Social media has opened up so many new opportunities for young women. It has empowered them to create and share their own content, to find communities of like-minded people and to expand their minds by learning from and communicating with people around the world. However, there is a deeply worrying trend. Evidence shows that what women love, and consume at scale on social media, is pretty one dimensional. And, this biased diet may be limiting their vision of what success or fulfilment looks like.
I have built a career based on the data sciences. I use Big Data to quantify and measure what people do. At dunnhumby (the customer science company I co-founded), our philosophy was 'you are what you buy'. By pioneering the Tesco Clubcard, we could see what people bought. The patterns in people's transaction behaviour, helped us to understand what people wanted. This science helped to promote Tesco to the number one UK market position with an unprecedented market share leap. Similarly, in the USA, we helped Kroger to defend and win market share against the giant retailer, Walmart.
Today, my company Starcount builds on that early science, using our behaviour on social media to identify what we love, even more than brands. Today, we can say 'you are who you follow'. Our digital footprint and our consumption of social media allow us to understand people's passions, motivations, and aspirations.
Our research using 1.4 billion people has revealed that women have an overwhelming preference to follow fashion and celebrity, above all else. Men's social media usage, on the other hand, demonstrates a far more diverse range of interests, even from an early age, taking in topics such as sport, politics, business and gaming. In other words, a glance at the average woman's social timeline would see you bombarded with content that implies that 'you are how you look', while a man's timeline would reinforce that 'you are what you do'.
This phenomenon may have a dangerous impact on young women. By putting the emphasis on appearances over actions, women are more likely to be self-critical and lack confidence. This, in turn, may negatively impact them reaching for or realising their full potential, both personally and professionally.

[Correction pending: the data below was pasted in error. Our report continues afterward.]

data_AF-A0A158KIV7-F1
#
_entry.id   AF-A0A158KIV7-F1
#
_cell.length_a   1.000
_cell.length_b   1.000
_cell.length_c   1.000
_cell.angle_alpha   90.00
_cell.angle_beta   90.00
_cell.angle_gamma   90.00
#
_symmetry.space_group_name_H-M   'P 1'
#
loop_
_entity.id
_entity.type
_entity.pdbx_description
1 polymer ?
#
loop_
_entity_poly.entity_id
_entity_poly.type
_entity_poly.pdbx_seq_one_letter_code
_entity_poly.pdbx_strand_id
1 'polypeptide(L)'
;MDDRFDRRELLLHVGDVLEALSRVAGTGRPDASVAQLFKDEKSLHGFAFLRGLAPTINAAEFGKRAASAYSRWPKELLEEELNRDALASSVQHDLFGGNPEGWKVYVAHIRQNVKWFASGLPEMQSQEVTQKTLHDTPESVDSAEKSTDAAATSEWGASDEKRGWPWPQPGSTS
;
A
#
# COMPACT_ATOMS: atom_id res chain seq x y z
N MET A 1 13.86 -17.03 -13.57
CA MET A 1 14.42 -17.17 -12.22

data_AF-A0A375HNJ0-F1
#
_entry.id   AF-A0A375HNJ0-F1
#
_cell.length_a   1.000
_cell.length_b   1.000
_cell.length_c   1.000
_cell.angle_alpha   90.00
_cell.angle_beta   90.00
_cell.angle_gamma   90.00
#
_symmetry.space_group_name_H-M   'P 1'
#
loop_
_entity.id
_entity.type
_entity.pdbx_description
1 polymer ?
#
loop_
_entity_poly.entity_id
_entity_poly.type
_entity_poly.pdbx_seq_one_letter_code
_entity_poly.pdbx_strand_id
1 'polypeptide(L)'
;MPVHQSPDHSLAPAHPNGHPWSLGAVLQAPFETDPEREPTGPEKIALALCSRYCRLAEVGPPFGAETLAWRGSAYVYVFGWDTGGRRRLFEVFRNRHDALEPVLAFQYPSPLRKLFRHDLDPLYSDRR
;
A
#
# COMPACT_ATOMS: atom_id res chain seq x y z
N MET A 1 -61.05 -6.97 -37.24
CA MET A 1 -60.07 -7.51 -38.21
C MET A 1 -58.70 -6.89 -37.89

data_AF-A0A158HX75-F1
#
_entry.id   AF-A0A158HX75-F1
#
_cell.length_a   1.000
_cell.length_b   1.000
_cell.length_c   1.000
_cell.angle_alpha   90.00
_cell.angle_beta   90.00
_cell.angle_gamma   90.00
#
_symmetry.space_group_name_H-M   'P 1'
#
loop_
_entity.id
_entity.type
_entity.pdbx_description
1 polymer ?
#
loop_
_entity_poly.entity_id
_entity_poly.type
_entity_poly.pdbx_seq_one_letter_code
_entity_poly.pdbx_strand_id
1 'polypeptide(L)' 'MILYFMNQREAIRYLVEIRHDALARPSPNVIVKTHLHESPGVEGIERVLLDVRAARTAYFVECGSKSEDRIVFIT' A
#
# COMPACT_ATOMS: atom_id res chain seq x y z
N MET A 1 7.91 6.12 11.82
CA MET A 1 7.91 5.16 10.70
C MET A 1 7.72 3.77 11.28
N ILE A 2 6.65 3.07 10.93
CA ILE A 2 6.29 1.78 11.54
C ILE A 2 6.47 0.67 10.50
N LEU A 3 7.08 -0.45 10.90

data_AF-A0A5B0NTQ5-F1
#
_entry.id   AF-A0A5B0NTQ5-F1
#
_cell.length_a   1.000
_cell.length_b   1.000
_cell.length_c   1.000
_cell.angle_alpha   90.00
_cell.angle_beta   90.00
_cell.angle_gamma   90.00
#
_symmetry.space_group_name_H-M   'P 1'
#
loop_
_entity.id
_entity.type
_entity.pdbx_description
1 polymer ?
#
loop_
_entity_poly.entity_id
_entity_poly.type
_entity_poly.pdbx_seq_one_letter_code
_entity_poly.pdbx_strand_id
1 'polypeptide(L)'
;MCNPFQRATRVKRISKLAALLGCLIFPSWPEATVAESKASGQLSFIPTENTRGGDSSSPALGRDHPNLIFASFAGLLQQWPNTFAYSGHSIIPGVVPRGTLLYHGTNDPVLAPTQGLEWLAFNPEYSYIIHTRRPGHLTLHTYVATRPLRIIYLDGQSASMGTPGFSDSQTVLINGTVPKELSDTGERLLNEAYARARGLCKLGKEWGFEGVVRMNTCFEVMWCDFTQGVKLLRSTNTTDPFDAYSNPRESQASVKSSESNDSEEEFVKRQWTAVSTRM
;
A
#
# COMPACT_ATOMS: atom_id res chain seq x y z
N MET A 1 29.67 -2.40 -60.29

Facebook was originally conceived as a "hot or not" site to rate the appearance of students at Harvard University. Considering these origins, it's perhaps unsurprising that an unwelcome side effect of social media is a focus on the external - a glossy, sometimes filtered version of real life - in other words 'Brand Me'. This assessment of 'how you are seen' versus 'how you see yourself' is being ingested by today's young women and, whether consciously or subconsciously, manifesting itself through their choices both on and offline.
If girls don't see beyond celebrities to a more diverse range of professional and fulfilled, women on their screens, there is no reference or role model. When we ask men who inspires them, many will spontaneously name a sportsman or business leader but, when we ask women, they are more likely to name a family member, probably their mother or grandmother. These are the only real people they see, who inspire them, who want them to be more than they are today.
But in a world where we constantly ask why it is that women don't 'reach higher' in their careers and with their ambitions, it may be worth thinking about more examples of what successful women look like - what they do. It would be uplifting to see more women say 'if she has done that, maybe I can too.'
By promoting engaging content and showcasing inspiring females from all walks of life, we can burst the superficial bubble that's limiting the potential of so many young women.
Learning from social media patterns in this way could affect more than just individual career paths. It was estimated in March of this year that the under-utilisation of women's skills costs the UK economy up to 2% GDP, or £36 billion* per year. Just think of the positive impact for all of us if more women reached a bit higher.
With The Female Lead campaign, my hope is that each and every schoolchild (both girls and boys) will be able to spontaneously name one female role model - and not just Beyoncé or Kim Kardashian.
With such an incredible range of female politicians, scientists, businesswomen and sports stars active on social media, isn't it time we widened our online gaze to include them? From Laura Trott to J.K. Rowling, there's a host of inspiring women we can follow. Only when we see can we be inspired to act. We should never forget that you can't be what you can't see.Suggest a correction